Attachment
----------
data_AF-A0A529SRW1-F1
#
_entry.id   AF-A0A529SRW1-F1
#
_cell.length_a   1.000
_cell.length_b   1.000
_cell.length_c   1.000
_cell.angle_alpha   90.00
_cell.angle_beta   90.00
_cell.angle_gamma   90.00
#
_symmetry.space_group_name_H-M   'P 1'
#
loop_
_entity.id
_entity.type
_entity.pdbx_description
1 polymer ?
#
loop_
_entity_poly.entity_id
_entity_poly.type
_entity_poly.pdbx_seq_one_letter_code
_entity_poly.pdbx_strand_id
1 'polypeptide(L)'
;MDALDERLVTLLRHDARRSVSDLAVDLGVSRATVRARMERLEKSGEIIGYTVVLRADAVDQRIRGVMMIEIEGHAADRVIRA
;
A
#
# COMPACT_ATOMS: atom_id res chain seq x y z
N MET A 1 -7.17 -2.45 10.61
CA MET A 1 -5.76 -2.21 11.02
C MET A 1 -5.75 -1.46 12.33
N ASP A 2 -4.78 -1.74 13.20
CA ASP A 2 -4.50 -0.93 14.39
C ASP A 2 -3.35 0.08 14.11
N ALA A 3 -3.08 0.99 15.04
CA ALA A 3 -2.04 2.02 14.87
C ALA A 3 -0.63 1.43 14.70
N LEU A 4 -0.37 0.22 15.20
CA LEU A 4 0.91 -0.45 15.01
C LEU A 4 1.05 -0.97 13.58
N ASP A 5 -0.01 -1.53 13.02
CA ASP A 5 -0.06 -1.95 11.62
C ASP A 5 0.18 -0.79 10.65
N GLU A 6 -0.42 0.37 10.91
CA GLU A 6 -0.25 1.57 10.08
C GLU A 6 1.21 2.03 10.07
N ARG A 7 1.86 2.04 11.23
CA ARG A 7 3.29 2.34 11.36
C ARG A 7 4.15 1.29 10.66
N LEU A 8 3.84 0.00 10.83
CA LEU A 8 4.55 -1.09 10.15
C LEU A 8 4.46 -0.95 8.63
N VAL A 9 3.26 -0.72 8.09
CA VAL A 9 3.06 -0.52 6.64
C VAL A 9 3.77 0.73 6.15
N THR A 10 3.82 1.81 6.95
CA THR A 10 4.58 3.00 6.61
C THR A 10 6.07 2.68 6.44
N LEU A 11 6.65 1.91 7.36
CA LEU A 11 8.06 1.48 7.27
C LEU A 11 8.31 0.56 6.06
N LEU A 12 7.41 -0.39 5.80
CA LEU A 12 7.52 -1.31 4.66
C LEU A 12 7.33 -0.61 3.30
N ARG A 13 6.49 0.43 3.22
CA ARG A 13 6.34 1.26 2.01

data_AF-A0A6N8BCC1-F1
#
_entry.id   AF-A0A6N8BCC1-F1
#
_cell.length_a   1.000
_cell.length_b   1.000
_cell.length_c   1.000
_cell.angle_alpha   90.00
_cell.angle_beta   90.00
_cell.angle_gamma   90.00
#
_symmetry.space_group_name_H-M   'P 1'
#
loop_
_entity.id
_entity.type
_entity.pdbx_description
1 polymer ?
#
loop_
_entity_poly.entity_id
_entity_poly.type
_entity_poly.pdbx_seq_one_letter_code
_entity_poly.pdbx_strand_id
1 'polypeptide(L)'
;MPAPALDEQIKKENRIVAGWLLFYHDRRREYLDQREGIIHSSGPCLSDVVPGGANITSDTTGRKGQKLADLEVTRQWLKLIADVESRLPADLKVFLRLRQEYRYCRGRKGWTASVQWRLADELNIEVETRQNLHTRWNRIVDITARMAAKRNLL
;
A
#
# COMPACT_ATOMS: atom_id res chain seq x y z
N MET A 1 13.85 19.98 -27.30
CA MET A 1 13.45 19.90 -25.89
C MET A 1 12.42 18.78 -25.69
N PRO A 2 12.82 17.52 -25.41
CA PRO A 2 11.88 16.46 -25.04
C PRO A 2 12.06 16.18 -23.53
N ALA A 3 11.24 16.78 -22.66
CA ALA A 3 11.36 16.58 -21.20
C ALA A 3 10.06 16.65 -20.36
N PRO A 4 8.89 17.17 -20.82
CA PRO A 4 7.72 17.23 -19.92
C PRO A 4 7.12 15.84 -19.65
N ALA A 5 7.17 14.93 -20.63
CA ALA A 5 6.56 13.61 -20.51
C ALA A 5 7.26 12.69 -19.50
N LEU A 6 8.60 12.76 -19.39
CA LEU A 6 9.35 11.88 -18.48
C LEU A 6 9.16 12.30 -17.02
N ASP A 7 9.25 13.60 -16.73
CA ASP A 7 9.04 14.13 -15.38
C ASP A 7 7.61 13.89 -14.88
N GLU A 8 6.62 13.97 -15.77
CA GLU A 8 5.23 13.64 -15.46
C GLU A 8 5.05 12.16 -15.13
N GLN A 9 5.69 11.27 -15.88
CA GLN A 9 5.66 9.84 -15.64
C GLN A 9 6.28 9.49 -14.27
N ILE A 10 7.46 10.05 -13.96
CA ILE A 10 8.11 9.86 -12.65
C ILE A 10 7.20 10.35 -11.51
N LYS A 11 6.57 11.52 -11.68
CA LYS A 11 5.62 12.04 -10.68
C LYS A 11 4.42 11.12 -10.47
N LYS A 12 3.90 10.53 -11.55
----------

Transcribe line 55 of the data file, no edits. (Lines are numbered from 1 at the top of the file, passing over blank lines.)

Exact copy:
N VAL A 9 3.26 -0.72 8.09